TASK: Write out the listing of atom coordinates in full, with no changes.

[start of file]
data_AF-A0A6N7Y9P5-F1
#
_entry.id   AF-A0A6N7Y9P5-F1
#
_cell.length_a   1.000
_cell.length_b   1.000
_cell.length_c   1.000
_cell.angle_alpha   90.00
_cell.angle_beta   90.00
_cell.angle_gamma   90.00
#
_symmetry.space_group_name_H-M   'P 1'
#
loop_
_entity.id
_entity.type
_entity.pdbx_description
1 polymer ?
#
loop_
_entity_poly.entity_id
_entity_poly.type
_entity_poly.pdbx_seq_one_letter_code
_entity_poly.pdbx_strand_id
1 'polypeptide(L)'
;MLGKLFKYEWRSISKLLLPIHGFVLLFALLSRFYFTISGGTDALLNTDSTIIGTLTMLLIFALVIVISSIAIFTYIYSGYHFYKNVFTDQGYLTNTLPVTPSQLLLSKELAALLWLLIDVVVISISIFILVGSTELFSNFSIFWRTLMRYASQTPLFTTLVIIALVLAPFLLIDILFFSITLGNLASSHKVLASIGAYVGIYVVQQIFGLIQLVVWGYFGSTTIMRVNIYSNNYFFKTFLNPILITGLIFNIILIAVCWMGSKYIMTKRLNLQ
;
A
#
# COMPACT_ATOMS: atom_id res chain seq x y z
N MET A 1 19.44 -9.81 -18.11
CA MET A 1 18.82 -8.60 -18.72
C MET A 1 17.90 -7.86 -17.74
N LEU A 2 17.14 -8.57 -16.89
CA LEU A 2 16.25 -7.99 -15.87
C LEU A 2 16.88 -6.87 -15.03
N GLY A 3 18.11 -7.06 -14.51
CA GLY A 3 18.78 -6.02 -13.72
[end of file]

data_AF-A0A6N7Y9P5-F1
#
_entry.id   AF-A0A6N7Y9P5-F1
#
_cell.length_a   1.000
_cell.length_b   1.000
_cell.length_c   1.000
_cell.angle_alpha   90.00
_cell.angle_beta   90.00
_cell.angle_gamma   90.00
#
_symmetry.space_group_name_H-M   'P 1'
#
loop_
_entity.id
_entity.type
_entity.pdbx_description
1 polymer ?
#
loop_
_entity_poly.entity_id
_entity_poly.type
_entity_poly.pdbx_seq_one_letter_code
_entity_poly.pdbx_strand_id
1 'polypeptide(L)'
;MLGKLFKYEWRSISKLLLPIHGFVLLFALLSRFYFTISGGTDALLNTDSTIIGTLTMLLIFALVIVISSIAIFTYIYSGYHFYKNVFTDQGYLTNTLPVTPSQLLLSKELAALLWLLIDVVVISISIFILVGSTELFSNFSIFWRTLMRYASQTPLFTTLVIIALVLAPFLLIDILFFSITLGNLASSHKVLASIGAYVGIYVVQQIFGLIQLVVWGYFGSTTIMRVNIYSNNYFFKTFLNPILITGLIFNIILIAVCWMGSKYIMTKRLNLQ
;
A
#
# COMPACT_ATOMS: atom_id res chain seq x y z
N MET A 1 19.44 -9.81 -18.11
CA MET A 1 18.82 -8.60 -18.72
C MET A 1 17.90 -7.86 -17.74
N LEU A 2 17.14 -8.57 -16.89
CA LEU A 2 16.25 -7.99 -15.87
C LEU A 2 16.88 -6.87 -15.03
N GLY A 3 18.11 -7.06 -14.51
CA GLY A 3 18.78 -6.02 -13.72